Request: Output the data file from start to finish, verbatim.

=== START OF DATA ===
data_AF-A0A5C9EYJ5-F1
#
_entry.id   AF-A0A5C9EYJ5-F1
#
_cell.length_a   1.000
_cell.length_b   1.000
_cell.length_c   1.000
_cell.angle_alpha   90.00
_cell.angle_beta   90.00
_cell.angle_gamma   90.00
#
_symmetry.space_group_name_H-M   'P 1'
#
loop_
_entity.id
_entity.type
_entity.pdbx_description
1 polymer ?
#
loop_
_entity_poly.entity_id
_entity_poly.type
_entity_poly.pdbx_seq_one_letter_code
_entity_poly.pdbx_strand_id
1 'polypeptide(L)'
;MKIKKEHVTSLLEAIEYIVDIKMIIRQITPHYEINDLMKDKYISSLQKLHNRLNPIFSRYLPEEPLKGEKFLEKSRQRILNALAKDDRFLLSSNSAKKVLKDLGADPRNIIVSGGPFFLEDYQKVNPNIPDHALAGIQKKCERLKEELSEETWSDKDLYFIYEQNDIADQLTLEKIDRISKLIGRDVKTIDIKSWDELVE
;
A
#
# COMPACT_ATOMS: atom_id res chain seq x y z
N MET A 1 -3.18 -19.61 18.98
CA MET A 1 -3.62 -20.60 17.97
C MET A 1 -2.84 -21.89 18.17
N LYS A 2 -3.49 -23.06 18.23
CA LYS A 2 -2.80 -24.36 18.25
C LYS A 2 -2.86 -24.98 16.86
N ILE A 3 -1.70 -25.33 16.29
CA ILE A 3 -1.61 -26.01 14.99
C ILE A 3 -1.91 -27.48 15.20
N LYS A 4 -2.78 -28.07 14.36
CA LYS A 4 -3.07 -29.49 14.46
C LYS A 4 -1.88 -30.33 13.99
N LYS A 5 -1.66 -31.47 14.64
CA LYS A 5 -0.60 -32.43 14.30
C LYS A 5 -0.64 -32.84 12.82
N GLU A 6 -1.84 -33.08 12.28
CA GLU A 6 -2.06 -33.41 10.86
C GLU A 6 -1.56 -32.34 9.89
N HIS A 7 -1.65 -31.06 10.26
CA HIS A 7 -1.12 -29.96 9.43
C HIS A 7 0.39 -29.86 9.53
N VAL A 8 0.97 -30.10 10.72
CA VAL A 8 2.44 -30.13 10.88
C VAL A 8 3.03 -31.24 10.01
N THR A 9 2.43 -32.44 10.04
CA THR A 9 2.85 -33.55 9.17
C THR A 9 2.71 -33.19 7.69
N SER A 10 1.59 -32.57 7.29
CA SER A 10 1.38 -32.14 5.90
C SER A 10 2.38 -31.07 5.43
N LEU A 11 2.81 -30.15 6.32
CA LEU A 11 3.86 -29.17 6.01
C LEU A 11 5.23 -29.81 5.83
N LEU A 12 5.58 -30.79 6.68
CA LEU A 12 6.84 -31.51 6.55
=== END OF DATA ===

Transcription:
data_AF-A0A5C9EYJ5-F1
#
_entry.id   AF-A0A5C9EYJ5-F1
#
_cell.length_a   1.000
_cell.length_b   1.000
_cell.length_c   1.000
_cell.angle_alpha   90.00
_cell.angle_beta   90.00
_cell.angle_gamma   90.00
#
_symmetry.space_group_name_H-M   'P 1'
#
loop_
_entity.id
_entity.type
_entity.pdbx_description
1 polymer ?
#
loop_
_entity_poly.entity_id
_entity_poly.type
_entity_poly.pdbx_seq_one_letter_code
_entity_poly.pdbx_strand_id
1 'polypeptide(L)'
;MKIKKEHVTSLLEAIEYIVDIKMIIRQITPHYEINDLMKDKYISSLQKLHNRLNPIFSRYLPEEPLKGEKFLEKSRQRILNALAKDDRFLLSSNSAKKVLKDLGADPRNIIVSGGPFFLEDYQKVNPNIPDHALAGIQKKCERLKEELSEETWSDKDLYFIYEQNDIADQLTLEKIDRISKLIGRDVKTIDIKSWDELVE
;
A
#
# COMPACT_ATOMS: atom_id res chain seq x y z
N MET A 1 -3.18 -19.61 18.98
CA MET A 1 -3.62 -20.60 17.97
C MET A 1 -2.84 -21.89 18.17
N LYS A 2 -3.49 -23.06 18.23
CA LYS A 2 -2.80 -24.36 18.25
C LYS A 2 -2.86 -24.98 16.86
N ILE A 3 -1.70 -25.33 16.29
CA ILE A 3 -1.61 -26.01 14.99
C ILE A 3 -1.91 -27.48 15.20
N LYS A 4 -2.78 -28.07 14.36
CA LYS A 4 -3.07 -29.49 14.46
C LYS A 4 -1.88 -30.33 13.99
N LYS A 5 -1.66 -31.47 14.64
CA LYS A 5 -0.60 -32.43 14.30
C LYS A 5 -0.64 -32.84 12.82
N GLU A 6 -1.84 -33.08 12.28
CA GLU A 6 -2.06 -33.41 10.86
C GLU A 6 -1.56 -32.34 9.89
N HIS A 7 -1.65 -31.06 10.26
CA HIS A 7 -1.12 -29.96 9.43
C HIS A 7 0.39 -29.86 9.53
N VAL A 8 0.97 -30.10 10.72
CA VAL A 8 2.44 -30.13 10.88
C VAL A 8 3.03 -31.24 10.01
N THR A 9 2.43 -32.44 10.04
CA THR A 9 2.85 -33.55 9.17
C THR A 9 2.71 -33.19 7.69
N SER A 10 1.59 -32.57 7.29
CA SER A 10 1.38 -32.14 5.90
C SER A 10 2.38 -31.07 5.43
N LEU A 11 2.81 -30.15 6.32
CA LEU A 11 3.86 -29.17 6.01
C LEU A 11 5.23 -29.81 5.83
N LEU A 12 5.58 -30.79 6.68
CA LEU A 12 6.84 -31.51 6.55